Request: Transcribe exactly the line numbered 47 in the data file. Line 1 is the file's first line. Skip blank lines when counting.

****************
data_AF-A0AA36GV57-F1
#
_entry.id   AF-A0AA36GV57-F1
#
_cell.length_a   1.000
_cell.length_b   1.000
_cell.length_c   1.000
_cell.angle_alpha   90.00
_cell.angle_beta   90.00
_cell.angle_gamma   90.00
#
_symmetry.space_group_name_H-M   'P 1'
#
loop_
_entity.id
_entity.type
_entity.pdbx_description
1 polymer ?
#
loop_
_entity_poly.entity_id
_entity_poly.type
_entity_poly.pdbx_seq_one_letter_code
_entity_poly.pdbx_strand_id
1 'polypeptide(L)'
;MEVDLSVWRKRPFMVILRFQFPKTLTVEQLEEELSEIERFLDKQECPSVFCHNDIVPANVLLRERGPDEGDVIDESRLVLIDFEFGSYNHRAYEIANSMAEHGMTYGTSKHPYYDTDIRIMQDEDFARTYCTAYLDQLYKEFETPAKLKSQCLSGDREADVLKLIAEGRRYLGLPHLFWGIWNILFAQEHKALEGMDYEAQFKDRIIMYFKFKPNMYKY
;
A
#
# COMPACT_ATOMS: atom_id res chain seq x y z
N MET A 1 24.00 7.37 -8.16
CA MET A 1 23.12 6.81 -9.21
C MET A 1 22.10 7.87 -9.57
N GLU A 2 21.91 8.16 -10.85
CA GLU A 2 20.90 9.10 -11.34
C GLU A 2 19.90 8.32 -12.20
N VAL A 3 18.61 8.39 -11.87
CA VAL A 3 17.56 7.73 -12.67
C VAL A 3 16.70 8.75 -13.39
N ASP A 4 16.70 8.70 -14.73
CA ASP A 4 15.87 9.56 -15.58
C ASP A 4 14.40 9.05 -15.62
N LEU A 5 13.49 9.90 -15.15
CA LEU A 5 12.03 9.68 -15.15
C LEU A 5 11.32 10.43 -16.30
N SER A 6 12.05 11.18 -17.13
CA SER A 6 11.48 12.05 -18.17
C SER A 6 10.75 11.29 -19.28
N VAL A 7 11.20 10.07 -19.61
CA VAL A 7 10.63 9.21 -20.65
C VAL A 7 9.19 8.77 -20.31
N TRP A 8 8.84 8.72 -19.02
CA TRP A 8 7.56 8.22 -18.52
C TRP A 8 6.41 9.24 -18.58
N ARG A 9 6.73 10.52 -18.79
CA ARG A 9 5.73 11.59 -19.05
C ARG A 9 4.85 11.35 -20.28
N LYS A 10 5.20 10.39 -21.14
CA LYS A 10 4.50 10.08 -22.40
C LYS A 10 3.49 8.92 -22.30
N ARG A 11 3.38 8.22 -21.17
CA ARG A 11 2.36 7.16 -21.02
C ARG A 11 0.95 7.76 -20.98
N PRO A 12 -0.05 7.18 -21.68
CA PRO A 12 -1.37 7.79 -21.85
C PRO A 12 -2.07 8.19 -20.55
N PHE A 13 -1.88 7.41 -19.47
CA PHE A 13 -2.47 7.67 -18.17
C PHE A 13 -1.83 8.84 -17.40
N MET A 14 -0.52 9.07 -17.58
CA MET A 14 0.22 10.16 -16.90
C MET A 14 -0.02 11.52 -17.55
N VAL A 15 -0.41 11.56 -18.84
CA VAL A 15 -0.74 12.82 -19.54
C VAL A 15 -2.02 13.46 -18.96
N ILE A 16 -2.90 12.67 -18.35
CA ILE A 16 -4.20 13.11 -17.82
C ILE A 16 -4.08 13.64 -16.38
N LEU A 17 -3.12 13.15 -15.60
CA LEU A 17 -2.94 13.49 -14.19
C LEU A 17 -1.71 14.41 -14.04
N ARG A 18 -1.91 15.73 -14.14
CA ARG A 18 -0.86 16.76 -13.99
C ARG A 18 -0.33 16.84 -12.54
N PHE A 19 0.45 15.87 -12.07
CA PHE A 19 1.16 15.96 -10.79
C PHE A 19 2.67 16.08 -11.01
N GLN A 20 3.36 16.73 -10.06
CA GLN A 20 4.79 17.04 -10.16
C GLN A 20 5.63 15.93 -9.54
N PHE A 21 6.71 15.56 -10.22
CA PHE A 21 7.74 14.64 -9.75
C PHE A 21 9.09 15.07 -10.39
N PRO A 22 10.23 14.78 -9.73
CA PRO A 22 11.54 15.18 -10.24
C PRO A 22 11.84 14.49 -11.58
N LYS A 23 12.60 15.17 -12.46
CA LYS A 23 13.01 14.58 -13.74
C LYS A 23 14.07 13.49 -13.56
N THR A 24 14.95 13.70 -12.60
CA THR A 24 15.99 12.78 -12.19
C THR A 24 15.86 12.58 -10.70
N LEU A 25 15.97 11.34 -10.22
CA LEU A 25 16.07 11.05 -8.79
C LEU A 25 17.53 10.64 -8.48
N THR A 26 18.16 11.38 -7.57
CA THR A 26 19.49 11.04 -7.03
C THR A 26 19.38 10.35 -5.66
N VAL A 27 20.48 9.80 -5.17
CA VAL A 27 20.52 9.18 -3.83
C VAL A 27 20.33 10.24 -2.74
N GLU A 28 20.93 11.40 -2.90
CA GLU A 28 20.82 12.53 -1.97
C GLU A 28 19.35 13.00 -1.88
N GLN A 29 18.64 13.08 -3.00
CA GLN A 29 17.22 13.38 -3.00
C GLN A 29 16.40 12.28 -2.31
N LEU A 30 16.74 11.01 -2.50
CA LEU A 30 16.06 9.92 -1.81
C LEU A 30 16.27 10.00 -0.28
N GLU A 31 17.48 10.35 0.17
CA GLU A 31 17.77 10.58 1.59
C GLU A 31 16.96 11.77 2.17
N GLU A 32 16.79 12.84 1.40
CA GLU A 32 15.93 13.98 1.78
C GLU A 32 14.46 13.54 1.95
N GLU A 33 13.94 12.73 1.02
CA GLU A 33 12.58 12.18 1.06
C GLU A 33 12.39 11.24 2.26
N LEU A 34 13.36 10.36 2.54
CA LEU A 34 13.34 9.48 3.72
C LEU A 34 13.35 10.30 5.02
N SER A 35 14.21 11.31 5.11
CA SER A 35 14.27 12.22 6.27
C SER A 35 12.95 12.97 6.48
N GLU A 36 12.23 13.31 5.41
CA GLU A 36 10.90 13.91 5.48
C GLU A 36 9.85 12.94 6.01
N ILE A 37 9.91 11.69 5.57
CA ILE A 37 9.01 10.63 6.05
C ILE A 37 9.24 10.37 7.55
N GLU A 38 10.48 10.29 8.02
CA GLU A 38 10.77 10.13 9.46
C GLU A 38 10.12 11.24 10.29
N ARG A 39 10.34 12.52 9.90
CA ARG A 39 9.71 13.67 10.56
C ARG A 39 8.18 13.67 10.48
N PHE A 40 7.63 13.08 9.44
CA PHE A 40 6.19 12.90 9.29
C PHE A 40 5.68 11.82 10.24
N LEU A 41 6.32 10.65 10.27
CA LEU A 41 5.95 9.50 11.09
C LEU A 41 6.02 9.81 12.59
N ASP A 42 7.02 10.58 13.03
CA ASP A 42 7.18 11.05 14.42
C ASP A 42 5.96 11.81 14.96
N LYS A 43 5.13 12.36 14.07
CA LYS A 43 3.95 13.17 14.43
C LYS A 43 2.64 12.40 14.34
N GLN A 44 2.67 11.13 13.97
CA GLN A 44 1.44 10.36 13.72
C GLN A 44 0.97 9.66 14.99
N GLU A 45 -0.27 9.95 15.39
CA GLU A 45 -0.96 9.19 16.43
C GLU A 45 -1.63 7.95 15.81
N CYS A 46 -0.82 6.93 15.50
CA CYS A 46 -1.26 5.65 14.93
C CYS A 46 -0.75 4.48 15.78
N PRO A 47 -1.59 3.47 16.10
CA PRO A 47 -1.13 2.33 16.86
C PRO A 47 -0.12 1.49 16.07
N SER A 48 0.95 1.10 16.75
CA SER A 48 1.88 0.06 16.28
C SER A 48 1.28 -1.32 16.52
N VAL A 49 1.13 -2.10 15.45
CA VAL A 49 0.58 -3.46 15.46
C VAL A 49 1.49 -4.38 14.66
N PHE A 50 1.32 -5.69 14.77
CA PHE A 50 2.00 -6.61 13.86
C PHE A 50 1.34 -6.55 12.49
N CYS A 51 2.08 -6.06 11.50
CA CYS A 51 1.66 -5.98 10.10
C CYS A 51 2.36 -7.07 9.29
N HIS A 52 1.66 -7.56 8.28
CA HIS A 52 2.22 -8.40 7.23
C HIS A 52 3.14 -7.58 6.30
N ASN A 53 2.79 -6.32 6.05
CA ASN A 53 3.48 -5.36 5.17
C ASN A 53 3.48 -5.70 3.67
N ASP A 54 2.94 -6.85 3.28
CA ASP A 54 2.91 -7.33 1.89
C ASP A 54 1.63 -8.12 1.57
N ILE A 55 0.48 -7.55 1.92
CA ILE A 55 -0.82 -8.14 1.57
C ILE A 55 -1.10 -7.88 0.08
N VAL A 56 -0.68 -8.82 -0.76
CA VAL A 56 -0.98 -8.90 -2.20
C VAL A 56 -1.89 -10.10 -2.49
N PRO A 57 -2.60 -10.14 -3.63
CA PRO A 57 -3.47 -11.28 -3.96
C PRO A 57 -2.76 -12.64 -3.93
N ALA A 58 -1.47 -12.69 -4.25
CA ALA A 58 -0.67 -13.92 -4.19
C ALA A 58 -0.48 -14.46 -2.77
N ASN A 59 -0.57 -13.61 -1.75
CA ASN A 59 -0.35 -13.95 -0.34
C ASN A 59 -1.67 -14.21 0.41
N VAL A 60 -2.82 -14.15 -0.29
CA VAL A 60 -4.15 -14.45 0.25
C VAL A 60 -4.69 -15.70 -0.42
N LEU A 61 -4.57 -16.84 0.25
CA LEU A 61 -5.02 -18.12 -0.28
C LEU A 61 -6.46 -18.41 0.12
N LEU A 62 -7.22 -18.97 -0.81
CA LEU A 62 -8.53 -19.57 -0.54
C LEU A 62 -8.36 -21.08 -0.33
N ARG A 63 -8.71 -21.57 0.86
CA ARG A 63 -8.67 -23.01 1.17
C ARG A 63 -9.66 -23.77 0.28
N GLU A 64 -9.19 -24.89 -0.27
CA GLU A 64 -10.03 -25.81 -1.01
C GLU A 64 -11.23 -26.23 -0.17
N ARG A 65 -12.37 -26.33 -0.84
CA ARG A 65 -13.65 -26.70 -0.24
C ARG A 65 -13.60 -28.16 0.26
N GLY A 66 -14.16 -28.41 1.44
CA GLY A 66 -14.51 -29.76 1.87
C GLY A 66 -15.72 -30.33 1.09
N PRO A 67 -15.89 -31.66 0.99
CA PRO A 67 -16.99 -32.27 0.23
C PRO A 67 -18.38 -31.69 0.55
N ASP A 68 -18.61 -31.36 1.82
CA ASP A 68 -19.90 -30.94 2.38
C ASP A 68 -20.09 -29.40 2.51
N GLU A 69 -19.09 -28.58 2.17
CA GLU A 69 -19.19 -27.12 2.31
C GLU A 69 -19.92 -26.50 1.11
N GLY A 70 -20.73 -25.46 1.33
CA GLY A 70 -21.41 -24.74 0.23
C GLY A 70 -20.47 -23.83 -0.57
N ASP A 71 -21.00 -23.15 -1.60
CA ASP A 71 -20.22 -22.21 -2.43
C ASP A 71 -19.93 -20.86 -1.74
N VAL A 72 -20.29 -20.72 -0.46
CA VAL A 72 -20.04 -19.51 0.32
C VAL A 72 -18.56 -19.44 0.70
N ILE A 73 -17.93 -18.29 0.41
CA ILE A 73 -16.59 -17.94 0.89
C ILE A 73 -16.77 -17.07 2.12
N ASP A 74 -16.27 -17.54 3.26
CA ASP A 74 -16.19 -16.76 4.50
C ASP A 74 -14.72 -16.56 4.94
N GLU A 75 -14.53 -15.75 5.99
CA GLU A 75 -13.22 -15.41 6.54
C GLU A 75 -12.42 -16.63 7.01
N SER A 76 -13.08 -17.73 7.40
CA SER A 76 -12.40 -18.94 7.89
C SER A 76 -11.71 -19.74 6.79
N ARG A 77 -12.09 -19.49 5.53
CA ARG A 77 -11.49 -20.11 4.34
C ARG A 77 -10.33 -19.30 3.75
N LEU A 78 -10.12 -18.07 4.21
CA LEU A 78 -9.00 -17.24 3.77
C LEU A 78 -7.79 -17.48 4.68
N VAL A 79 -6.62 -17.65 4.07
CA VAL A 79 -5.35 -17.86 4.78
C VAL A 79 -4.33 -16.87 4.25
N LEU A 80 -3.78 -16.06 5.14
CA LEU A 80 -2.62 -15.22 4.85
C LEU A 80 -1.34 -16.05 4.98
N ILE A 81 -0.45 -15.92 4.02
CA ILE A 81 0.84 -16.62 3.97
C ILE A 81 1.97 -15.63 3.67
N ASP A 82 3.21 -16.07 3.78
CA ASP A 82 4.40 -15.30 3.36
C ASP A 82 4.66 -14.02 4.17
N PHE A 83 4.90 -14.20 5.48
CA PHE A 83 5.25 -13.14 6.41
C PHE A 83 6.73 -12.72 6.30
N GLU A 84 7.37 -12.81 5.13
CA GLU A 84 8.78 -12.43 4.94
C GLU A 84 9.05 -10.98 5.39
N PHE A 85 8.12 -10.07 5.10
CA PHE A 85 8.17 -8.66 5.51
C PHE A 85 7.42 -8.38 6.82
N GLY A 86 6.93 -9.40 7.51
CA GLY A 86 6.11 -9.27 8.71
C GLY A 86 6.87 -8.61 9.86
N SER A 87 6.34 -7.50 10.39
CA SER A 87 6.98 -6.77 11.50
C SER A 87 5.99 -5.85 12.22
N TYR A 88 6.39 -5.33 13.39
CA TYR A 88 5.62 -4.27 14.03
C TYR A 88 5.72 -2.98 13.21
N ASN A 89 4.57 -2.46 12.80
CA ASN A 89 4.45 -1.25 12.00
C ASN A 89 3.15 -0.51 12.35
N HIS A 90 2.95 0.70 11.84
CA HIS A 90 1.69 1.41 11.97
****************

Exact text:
CA SER A 6 11.48 12.05 -18.17